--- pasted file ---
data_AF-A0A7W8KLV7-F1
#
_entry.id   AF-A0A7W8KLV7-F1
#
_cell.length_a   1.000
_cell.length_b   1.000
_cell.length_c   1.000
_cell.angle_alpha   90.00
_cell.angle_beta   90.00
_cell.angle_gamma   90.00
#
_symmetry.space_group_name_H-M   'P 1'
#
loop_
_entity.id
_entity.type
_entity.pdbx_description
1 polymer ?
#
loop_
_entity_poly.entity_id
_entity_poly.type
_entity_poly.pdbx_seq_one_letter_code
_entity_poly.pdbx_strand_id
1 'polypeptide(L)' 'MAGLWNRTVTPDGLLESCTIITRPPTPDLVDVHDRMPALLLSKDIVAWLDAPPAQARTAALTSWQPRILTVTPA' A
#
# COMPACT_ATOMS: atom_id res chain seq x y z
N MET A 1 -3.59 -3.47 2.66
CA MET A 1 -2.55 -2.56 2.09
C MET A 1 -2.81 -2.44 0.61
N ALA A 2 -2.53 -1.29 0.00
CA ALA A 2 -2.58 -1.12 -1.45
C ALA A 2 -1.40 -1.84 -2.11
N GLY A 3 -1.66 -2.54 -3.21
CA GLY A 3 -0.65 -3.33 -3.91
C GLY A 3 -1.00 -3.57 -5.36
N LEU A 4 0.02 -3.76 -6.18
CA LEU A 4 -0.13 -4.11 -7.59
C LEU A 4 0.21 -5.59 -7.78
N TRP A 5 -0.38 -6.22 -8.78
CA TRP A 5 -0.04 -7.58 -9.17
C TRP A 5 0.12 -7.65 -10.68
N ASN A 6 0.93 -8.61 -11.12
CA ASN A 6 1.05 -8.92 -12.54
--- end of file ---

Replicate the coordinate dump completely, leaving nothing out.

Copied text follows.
data_AF-A0A7W8KLV7-F1
#
_entry.id   AF-A0A7W8KLV7-F1
#
_cell.length_a   1.000
_cell.length_b   1.000
_cell.length_c   1.000
_cell.angle_alpha   90.00
_cell.angle_beta   90.00
_cell.angle_gamma   90.00
#
_symmetry.space_group_name_H-M   'P 1'
#
loop_
_entity.id
_entity.type
_entity.pdbx_description
1 polymer ?
#
loop_
_entity_poly.entity_id
_entity_poly.type
_entity_poly.pdbx_seq_one_letter_code
_entity_poly.pdbx_strand_id
1 'polypeptide(L)' 'MAGLWNRTVTPDGLLESCTIITRPPTPDLVDVHDRMPALLLSKDIVAWLDAPPAQARTAALTSWQPRILTVTPA' A
#
# COMPACT_ATOMS: atom_id res chain seq x y z
N MET A 1 -3.59 -3.47 2.66
CA MET A 1 -2.55 -2.56 2.09
C MET A 1 -2.81 -2.44 0.61
N ALA A 2 -2.53 -1.29 0.00
CA ALA A 2 -2.58 -1.12 -1.45
C ALA A 2 -1.40 -1.84 -2.11
N GLY A 3 -1.66 -2.54 -3.21
CA GLY A 3 -0.65 -3.33 -3.91
C GLY A 3 -1.00 -3.57 -5.36
N LEU A 4 0.02 -3.76 -6.18
CA LEU A 4 -0.13 -4.11 -7.59
C LEU A 4 0.21 -5.59 -7.78
N TRP A 5 -0.38 -6.22 -8.78
CA TRP A 5 -0.04 -7.58 -9.17
C TRP A 5 0.12 -7.65 -10.68
N ASN A 6 0.93 -8.61 -11.12
CA ASN A 6 1.05 -8.92 -12.54